USS South Dakota



The Archives and Special Collections has a small collection on the USS South Dakota. These images are from that collection.

There have been 2 naval ships named after South Dakota and a new one will be joining the fleet in 2017. The middle one of these three was a battleship that served during WWII. The 75th anniversary commemoration of its launching will be held on Saturday, June 11, 2016 at Battleship South Dakota Memorial in Sioux Falls.



Information from http://www.usssouthdakota.com/, accessed June 8, 2016.

You’ll want to read Civil Defense In-Shelter Guide for University of South Dakota (November 18, 1963) to find out what learning to love crackers has to do with bomb shelters. It is in the USD Archives collection General Publications.

Do you know what movie title I am misquoting for my title? Hint, it came out in 1964, and it is about the nuclear bomb.


It is a fun day in the Archives and Special Collections when we get a batch of Mahoney Music Collection books back from the catalogers.

The library at the University of South Dakota is in the process of creating catalog records for all the books in the Mahoney Music Collection. Having catalog records in the library catalog and in OCLC will make the books in this collection more findable for readers. Most of the oversize books and the regular-size books are done, and the catalogers have begun on the thinner, floppier books that we store in file folders. This is such a great project, and we send a big thank you to the catalogers for doing this.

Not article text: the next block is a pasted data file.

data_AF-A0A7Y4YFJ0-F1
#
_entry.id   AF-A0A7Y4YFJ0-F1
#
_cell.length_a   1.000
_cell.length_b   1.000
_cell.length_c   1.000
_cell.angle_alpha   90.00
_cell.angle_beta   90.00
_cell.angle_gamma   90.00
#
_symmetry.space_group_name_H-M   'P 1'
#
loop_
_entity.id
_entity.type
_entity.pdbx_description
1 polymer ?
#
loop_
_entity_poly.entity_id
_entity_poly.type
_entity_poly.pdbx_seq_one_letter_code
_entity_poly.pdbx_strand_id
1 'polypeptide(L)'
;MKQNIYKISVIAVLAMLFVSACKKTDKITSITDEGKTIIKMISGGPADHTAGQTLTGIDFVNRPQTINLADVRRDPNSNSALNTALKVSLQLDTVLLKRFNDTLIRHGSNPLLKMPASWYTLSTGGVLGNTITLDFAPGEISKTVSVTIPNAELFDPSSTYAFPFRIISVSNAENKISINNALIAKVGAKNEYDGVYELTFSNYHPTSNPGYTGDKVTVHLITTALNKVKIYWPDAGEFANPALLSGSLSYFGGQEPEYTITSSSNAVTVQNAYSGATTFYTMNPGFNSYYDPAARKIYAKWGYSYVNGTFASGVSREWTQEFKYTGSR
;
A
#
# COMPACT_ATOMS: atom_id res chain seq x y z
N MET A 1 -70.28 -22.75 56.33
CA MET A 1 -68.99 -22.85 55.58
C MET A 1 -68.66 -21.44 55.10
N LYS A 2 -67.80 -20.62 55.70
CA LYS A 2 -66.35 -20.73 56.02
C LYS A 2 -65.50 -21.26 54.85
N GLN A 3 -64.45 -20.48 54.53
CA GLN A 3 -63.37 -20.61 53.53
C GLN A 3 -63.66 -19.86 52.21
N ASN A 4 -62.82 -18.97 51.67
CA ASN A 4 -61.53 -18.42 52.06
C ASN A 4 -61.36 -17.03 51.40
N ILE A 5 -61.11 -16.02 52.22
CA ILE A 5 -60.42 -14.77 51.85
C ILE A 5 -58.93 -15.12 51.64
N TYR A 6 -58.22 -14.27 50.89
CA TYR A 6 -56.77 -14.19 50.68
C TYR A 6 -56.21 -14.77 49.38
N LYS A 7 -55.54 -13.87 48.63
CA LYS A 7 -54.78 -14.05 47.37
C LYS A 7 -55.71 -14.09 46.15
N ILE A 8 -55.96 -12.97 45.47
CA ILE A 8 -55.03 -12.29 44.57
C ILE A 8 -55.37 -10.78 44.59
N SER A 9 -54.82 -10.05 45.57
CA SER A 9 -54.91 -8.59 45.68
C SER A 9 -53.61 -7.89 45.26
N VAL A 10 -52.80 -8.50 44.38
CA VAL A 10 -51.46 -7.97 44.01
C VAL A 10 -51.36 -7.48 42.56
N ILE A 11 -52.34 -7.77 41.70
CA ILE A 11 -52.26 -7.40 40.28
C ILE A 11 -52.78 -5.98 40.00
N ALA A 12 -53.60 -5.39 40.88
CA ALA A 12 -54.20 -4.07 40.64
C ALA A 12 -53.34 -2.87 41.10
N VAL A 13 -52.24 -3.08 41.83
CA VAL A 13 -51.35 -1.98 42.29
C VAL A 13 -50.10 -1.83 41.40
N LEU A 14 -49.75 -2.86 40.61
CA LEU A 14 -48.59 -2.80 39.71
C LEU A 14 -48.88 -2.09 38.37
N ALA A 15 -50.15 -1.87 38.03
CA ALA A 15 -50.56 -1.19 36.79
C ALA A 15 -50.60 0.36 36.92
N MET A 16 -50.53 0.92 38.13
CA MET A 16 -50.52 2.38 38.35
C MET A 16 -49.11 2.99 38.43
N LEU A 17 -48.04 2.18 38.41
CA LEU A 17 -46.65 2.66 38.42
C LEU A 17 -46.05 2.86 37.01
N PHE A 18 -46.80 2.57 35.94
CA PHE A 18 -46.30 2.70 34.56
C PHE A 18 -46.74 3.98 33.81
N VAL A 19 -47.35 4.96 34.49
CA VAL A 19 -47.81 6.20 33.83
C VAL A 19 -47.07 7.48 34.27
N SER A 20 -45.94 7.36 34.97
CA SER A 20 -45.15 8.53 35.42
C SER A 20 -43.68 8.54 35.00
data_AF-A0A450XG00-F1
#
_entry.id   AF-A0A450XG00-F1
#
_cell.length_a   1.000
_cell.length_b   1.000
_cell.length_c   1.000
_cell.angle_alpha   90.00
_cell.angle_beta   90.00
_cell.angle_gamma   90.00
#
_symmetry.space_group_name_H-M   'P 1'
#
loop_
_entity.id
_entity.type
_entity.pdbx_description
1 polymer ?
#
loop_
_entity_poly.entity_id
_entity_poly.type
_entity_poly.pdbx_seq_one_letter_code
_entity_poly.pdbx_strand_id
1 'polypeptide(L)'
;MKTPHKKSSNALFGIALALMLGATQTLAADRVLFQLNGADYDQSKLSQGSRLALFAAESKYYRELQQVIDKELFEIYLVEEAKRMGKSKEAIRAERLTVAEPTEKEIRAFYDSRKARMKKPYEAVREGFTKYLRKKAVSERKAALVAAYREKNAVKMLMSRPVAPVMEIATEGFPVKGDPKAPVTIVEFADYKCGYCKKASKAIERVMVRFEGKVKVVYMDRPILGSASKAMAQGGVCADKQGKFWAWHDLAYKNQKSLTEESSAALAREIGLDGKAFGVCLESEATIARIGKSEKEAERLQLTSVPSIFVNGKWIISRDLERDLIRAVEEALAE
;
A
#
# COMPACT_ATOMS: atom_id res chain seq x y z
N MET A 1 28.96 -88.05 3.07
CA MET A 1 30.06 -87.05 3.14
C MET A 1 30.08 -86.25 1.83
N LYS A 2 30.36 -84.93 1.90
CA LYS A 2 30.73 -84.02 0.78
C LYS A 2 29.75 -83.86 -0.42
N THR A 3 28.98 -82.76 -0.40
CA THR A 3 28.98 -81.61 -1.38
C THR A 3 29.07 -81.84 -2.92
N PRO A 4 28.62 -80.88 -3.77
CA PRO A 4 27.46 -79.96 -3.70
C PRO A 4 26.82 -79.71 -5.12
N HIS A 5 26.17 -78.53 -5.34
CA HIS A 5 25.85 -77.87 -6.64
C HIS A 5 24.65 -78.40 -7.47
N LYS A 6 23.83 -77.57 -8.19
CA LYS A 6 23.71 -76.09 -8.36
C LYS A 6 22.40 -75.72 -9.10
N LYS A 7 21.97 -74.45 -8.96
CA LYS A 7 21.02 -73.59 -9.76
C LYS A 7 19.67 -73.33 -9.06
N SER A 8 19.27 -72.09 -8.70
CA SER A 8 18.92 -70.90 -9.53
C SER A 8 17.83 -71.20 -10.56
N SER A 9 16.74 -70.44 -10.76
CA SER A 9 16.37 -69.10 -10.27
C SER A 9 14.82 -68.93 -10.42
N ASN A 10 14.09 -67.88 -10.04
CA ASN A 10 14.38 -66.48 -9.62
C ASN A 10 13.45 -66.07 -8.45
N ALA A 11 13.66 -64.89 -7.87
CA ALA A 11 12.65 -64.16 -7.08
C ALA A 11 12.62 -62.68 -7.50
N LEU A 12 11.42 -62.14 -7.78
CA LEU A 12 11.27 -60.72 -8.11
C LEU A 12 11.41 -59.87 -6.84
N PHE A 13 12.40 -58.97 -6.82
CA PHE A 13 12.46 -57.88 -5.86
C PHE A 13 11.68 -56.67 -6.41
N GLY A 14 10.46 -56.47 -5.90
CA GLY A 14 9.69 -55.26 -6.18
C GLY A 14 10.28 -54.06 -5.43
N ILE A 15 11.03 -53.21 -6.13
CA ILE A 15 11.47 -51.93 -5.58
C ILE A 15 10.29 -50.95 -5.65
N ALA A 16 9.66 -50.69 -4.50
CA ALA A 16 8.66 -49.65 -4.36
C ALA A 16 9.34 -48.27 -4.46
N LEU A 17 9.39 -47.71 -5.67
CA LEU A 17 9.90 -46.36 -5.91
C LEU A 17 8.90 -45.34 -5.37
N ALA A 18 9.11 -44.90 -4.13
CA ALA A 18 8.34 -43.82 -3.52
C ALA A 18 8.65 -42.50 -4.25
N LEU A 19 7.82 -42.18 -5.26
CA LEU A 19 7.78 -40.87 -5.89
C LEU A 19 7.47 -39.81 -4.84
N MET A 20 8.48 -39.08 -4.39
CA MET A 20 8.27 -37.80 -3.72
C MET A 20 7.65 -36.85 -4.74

Don’t forget that select items have been digitized and placed on the Digital Library of South Dakota.

ML 155 .W5 G469 1926

ML 155 .W5 G469 1926


Archives and Special Collections will be closed Monday May 16.

Please contact us with any questions or concerns.

glo006-croppedNineteenth century General Land Office surveyors wrote descriptions of landforms, soil, water, vegetation and wildlife in their field note books while they were surveying in the midwest and western United States. These note books are used by researchers reconstructing the ecology of an area during a particular slice of time.

Surveyors vary in how much detail they included and how easy it is to read their handwriting.

The Archives and Special Collections has a copy of one field note book for Yankton County, Dakota Territory, dated 1860 through 1866. Part one is the field notes for the exterior boundaries of township no. 92 north of range no. 54 west, and townships no. 93, 94, 95 and 96 north of ranges no. 54, 55, 56 and 57. Part two is the field notes for the subdivisionsal and meander lines of township no. 92 north of range 54 west, and townships no. 93, 94, 95 and 96 north of ranges no. 54, 55, 56 and 57.

Other GLO survey field notes can be seen at the State Archives of the South Dakota State Historical Society or online at the South Dakota Digital Archives.